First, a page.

Regardless of the particular technology, any migration project can be broken down into three key stages. When applied to an e-mail migration, these are as follows:-
Microsoft Exchange mailbox access is granted or denied based on an Active Directory user account with a unique security identifier or SID. This mailbox may be local, or linked to another forest where users authenticate. Choices made regarding this user account provisioning will impact migration, co-existence, and transparency to the user community.
During co-existence multiple e-mail systems must be integrated in several ways. Directories or Address Books must remain synchronised so that users on either system can send and receive mail. E-mail needs to flow seamlessly between the many systems, as well as into and out of the hybrid system to and from the outside world. If possible, collaborative technologies such as resource booking and calendar sharing can help make the co-existence period easier on the user community.
Finally questions must be answered over how much historical data including mailbox messages, calendar appointments, and other resources to migrate.
Each migration plan needs to be tailored to the technology being used. Differing migration scenarios and products have differing constraints.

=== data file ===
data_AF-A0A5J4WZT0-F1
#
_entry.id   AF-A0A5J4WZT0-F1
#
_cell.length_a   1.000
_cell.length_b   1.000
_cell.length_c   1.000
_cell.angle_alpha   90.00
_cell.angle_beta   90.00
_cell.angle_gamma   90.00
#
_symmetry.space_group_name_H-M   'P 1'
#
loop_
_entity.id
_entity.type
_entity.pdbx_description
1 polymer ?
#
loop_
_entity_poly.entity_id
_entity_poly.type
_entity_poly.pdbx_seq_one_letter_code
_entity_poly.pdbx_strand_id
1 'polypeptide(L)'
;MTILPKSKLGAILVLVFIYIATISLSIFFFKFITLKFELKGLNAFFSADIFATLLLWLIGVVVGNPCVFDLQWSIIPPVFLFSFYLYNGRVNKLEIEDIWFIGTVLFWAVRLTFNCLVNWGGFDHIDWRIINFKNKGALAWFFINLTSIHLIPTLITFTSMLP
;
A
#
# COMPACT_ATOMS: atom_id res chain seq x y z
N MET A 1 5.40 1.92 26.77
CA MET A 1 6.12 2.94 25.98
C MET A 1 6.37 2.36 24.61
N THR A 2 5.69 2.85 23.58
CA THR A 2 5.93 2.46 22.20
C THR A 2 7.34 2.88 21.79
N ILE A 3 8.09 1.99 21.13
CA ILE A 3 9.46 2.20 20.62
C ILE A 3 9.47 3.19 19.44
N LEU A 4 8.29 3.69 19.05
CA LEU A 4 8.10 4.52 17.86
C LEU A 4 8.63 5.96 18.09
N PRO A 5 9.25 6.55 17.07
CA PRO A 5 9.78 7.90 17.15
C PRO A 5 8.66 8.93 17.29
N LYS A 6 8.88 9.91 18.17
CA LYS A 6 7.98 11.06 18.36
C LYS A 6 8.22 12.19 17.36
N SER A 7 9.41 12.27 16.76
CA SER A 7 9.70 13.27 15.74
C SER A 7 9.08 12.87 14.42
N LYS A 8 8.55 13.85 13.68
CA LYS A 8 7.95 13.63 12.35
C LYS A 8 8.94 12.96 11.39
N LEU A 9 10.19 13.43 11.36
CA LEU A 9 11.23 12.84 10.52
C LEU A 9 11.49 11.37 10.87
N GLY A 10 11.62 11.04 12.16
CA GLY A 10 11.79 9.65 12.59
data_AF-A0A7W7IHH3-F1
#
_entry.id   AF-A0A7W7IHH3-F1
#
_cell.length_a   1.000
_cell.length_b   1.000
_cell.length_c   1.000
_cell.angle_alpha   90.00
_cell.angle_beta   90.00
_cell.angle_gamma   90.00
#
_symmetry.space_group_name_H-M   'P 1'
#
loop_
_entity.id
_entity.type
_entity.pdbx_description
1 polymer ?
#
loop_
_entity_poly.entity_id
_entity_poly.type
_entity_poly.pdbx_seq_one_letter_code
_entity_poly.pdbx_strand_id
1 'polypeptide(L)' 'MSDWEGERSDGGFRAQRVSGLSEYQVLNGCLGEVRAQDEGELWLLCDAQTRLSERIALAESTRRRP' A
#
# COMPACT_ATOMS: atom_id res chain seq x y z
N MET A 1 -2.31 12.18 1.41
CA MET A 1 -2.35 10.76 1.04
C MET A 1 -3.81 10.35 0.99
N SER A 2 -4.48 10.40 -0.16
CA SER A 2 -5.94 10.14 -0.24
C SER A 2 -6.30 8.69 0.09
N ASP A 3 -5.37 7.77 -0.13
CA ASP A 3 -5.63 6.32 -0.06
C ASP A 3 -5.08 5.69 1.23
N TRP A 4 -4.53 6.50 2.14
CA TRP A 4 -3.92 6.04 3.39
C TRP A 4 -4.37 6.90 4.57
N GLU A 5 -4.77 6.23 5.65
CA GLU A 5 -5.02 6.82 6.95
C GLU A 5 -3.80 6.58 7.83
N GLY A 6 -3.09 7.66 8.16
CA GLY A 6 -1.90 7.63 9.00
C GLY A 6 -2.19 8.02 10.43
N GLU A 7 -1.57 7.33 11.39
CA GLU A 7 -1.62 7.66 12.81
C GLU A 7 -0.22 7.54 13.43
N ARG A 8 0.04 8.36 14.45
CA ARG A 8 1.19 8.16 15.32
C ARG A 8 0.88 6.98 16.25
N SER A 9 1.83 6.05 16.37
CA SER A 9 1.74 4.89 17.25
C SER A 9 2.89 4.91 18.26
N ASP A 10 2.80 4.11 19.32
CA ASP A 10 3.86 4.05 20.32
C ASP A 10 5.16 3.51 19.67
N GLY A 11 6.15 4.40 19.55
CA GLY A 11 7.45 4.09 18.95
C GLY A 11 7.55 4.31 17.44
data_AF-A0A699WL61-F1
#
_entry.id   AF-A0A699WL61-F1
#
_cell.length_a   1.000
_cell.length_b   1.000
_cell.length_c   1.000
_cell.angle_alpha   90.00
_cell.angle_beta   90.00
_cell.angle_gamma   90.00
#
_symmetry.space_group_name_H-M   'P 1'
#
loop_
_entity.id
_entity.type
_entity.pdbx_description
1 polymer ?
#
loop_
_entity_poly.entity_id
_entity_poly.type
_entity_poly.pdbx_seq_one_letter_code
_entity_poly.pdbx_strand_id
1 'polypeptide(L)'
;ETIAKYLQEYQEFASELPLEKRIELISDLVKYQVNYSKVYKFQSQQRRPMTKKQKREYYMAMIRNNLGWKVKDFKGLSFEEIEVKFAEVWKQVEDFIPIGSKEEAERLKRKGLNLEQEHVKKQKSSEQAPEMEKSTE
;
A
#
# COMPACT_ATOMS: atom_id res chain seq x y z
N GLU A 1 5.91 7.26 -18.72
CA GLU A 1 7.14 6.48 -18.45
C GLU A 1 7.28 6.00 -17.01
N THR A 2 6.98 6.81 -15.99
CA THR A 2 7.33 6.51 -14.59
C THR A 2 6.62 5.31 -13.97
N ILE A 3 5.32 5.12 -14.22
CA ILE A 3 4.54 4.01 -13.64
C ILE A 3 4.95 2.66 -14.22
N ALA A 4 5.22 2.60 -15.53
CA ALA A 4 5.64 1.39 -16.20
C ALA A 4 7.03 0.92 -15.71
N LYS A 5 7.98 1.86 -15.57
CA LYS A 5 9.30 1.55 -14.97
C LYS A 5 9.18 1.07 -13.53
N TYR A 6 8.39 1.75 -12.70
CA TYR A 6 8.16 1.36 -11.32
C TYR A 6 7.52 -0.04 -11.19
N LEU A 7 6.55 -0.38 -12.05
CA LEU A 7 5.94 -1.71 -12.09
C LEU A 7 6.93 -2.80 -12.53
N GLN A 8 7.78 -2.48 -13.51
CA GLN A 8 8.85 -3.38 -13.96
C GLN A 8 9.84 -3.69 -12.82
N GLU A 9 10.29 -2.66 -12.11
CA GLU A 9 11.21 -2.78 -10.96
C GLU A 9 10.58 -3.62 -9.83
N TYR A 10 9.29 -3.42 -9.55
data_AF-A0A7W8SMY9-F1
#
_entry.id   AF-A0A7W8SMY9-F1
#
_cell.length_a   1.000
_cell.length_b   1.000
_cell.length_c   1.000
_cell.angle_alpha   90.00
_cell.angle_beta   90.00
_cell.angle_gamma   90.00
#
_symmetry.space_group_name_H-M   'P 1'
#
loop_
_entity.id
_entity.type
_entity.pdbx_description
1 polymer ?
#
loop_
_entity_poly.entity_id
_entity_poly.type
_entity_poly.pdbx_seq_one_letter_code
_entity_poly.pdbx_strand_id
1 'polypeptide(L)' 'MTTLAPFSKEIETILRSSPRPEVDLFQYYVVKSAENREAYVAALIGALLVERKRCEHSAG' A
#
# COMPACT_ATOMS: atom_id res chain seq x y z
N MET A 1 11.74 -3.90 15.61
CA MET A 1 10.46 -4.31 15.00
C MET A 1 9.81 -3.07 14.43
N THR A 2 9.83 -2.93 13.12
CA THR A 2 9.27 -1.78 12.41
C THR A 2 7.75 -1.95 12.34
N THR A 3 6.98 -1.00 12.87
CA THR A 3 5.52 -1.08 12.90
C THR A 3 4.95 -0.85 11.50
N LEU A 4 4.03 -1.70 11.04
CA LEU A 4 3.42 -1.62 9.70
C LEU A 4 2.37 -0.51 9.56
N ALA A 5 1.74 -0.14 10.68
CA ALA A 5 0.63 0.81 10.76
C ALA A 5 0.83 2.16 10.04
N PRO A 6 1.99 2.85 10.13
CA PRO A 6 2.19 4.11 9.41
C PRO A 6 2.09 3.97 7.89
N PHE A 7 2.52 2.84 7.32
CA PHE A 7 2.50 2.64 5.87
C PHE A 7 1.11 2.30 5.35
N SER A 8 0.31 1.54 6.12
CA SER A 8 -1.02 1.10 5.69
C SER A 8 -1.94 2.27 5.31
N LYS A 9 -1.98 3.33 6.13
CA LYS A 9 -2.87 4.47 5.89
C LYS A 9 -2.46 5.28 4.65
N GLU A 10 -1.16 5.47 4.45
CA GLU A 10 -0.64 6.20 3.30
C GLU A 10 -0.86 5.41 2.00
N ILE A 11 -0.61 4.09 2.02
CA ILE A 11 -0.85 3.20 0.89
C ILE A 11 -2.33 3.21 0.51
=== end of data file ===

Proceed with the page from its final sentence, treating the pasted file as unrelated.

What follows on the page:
Background “sync and switch” migrations such as Exchange 2010 suspended mailbox move or Quest Migration Manager for Exchange (QMM) offer the ability to move far larger numbers of mailboxes at a time but may have other drawbacks, in that both source and target mailboxes exist at the same time, which introduces other project complexities.
For any new or existing Exchange Server deployment there are many additional modifications that can be made many of which are not available out of the box. The provision of a fully featured e-mail system requires attention be given to the areas of availability, security, connectivity and disaster recovery.
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